If you think Irish research is already too complicated, look away now! As you are aware, on-line access to the 1901 and 1911 census returns has been one of the great developments in Irish genealogy. However, perhaps you are one of those who have not been able to find your family on the census? One possible reason is that the family may have completed the census, particularly the 1911 census, in the Irish or Gaelic language. Gaelic was once the only language spoken in Ireland but it has gradually been replaced by English over the centuries and it is now spoken by only a small minority, although most Irish people have some capability in the language as it is taught in Irish schools. However, Ireland in 1911 was going through a period of ‘Gaelic Revival’ during which all aspects of Irish heritage became, and remain, popular. It was an important part of the national movement which gave rise to the 1916 Rebellion and eventually to independence from Britain. The revival was promoted by many organisations, but particularly the Gaelic League, which still exists, appropriately using the Irish language form of its name- Conradh na Gaeilge.
One expression of the drive to embrace our Gaelic identity was the use of the Gaelic form of surnames. Names, I hear you say, are not usually translated into other languages! However, Irish history had seen a gradual process of Anglicization of family names into forms which were sound-alikes or direct translations of the old names. My family name, Ryan, for instance was originally Ó’Ríain. Other more complicated examples include Mac Giolla Bríde becoming Gilbride, or Ó’Murchú becoming Murphy. The Gaelic revival simply reversed this process and encouraged people to use the old form of their name. One such usage was the completion of official documents in Gaelic. This would have been seen as a form of defiance by some and as a logical expression of their cultural identity by others. Whatever the motivation, the consequence for historians is that there are families whose 1911 census information is entirely in Gaelic. It should be noted that about 17% of Irish households in 1911 mainly spoke the Irish language, but most of these completed the forms in English. Completion of the forms in Gaelic by householders who were not residing in Gaelic-speaking areas (mainly along the West coast) is therefore usually an indication of strong nationalist identity. It was particularly popular in certain areas, perhaps because the Gaelic League was particularly active in those areas. Monaghan, for instance, is one of the counties where many households in some areas completed their returns in Gaelic. The illustration shows a census search for part of Monaghan where almost all the householders use the Irish form of their name. The first three names in this list, in their English form, would be Sean Martin, Ailish Carrollan, and Michael Lynch. Note also number 7 on the list is Padraic Ó’Mearáin (aged 70) while a younger man in the same household uses Patrick Marron, which is the same name in its English form.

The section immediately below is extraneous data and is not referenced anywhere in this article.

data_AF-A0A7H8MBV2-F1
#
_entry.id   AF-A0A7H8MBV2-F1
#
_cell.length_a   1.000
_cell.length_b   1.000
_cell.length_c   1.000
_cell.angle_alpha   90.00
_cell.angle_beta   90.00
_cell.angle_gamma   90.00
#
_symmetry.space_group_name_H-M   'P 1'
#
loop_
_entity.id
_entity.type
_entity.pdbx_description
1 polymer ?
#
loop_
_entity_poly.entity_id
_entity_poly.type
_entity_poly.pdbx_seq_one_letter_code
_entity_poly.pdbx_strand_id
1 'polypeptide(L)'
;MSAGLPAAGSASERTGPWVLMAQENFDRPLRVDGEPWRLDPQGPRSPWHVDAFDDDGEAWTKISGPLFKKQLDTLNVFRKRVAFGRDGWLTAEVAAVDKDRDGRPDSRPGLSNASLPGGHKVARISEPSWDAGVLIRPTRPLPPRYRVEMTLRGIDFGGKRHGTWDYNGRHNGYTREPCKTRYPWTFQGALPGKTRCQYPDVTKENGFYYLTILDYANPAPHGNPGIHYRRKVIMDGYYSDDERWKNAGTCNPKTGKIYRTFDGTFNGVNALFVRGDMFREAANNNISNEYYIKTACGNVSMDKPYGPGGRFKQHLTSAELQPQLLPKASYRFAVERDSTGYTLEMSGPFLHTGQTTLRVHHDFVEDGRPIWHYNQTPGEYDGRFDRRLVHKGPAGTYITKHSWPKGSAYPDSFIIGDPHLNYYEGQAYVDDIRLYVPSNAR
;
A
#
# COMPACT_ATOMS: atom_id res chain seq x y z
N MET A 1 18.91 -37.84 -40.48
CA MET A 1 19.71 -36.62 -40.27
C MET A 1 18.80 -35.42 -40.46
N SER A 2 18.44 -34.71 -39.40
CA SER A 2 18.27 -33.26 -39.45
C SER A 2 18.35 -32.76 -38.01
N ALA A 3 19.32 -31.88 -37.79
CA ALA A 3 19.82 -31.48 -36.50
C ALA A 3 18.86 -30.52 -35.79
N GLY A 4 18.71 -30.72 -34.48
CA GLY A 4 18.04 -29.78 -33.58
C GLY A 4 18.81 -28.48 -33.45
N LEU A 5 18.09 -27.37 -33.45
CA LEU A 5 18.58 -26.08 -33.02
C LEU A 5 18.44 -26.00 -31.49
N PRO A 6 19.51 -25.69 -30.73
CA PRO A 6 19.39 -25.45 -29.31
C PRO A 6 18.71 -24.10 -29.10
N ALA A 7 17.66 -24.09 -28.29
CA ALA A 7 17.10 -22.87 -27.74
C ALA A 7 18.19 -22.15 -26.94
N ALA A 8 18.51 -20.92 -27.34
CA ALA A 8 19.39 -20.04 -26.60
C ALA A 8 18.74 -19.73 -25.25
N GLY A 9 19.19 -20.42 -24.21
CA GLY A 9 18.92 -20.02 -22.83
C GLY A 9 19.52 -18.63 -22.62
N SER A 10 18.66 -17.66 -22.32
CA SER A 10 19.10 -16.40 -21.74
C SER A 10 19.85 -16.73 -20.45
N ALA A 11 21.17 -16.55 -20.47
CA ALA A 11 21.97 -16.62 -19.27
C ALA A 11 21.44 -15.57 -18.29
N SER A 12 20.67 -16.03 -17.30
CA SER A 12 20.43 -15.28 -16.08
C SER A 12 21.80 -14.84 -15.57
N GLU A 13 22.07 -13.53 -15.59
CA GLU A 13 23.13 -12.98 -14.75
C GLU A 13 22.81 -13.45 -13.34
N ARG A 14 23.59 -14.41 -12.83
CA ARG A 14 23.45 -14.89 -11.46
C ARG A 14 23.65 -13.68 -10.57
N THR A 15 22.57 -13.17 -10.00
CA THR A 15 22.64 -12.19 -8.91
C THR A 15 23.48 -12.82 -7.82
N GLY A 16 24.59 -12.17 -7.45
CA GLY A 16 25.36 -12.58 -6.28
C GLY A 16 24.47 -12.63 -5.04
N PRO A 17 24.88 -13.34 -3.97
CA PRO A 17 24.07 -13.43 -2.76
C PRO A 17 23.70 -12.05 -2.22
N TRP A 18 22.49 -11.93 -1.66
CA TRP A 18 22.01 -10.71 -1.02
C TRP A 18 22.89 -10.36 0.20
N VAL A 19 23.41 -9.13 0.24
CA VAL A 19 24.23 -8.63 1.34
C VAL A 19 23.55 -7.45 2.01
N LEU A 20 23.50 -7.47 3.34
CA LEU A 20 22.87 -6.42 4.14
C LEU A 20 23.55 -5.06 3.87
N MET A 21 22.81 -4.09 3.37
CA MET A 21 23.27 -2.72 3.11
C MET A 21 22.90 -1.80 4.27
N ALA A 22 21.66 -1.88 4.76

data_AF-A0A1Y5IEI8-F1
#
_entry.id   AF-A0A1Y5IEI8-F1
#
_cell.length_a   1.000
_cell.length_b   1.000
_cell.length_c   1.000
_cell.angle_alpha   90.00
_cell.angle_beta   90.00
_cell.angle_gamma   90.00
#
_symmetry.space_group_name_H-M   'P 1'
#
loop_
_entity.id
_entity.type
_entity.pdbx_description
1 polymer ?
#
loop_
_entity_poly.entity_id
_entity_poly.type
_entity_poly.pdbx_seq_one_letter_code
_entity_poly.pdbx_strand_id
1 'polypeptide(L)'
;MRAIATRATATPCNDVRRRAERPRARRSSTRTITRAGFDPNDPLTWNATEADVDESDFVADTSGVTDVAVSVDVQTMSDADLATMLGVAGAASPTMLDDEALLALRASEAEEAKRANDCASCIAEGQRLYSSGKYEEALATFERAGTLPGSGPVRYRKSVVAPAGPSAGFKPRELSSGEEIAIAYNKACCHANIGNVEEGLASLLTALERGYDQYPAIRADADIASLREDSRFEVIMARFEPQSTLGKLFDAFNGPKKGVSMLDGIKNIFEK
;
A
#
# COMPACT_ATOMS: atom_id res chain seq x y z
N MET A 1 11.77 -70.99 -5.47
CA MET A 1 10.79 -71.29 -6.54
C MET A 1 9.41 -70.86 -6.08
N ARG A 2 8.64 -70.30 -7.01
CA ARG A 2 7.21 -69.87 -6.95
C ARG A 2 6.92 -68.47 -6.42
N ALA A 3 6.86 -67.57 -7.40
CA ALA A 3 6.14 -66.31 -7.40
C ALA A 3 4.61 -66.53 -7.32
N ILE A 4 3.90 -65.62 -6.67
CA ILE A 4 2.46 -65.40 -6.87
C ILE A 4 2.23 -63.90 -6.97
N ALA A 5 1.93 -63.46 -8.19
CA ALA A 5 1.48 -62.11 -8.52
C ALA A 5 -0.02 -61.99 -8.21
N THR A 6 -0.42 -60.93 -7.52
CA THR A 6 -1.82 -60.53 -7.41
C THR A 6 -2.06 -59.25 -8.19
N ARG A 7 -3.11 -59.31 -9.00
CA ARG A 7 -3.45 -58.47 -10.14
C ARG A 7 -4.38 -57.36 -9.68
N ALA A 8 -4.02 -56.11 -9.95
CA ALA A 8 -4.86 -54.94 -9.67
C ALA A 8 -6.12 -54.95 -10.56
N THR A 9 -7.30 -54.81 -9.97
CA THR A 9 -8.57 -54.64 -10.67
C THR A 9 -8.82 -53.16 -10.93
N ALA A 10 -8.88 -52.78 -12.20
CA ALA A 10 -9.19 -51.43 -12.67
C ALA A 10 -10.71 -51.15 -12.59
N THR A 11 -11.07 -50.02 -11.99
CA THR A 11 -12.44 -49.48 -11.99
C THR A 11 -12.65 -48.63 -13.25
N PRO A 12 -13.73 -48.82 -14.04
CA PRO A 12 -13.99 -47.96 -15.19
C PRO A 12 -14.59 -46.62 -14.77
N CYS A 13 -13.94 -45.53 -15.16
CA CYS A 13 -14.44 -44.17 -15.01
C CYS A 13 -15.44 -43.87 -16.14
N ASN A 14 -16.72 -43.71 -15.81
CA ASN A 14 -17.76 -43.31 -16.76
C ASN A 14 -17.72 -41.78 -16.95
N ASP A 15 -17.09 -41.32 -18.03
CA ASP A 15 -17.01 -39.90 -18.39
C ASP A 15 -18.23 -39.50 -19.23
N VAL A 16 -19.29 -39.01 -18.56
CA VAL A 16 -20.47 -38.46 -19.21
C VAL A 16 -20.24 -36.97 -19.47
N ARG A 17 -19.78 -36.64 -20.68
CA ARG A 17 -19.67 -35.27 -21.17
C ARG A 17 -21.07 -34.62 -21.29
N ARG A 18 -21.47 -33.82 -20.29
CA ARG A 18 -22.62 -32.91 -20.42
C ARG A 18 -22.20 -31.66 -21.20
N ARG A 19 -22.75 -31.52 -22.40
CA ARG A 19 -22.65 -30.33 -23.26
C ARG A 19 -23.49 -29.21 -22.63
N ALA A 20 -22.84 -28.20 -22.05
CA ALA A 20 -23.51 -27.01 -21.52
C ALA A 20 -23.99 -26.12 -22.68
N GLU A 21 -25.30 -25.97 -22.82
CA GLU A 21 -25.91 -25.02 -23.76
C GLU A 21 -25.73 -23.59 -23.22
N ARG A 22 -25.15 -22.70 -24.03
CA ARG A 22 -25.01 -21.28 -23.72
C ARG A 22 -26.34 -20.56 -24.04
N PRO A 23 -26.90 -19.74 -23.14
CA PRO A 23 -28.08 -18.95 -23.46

Just to be clear, only a very small proportion of households overall used the Irish forms of their names, but some are registered in this way and it will make these records more difficult to find. What can you do to check this possibility? The first thing to do is to establish the Gaelic form of your name, and then search the census again using this name. Alternately, if you know the area they were from, you can do a search for all households in the area and look for names that might be anglicized into the English form of your name. There are quite a few sites which will provide the Irish name form including a Wikipedia page. Also the Library Ireland website has on-line versions of several of the classic guides to Irish names. The returns will probably also use the Irish form of Christian names and occupations as well, but these can also be translated. Google Translate has a facility for translation from Irish, for instance. One more complexity to add to the list folks, but show me where it said this was going to be easy! Slán.
A version of this blog, by James Ryan, originally appeared in the In-Depth Genealogist in 2013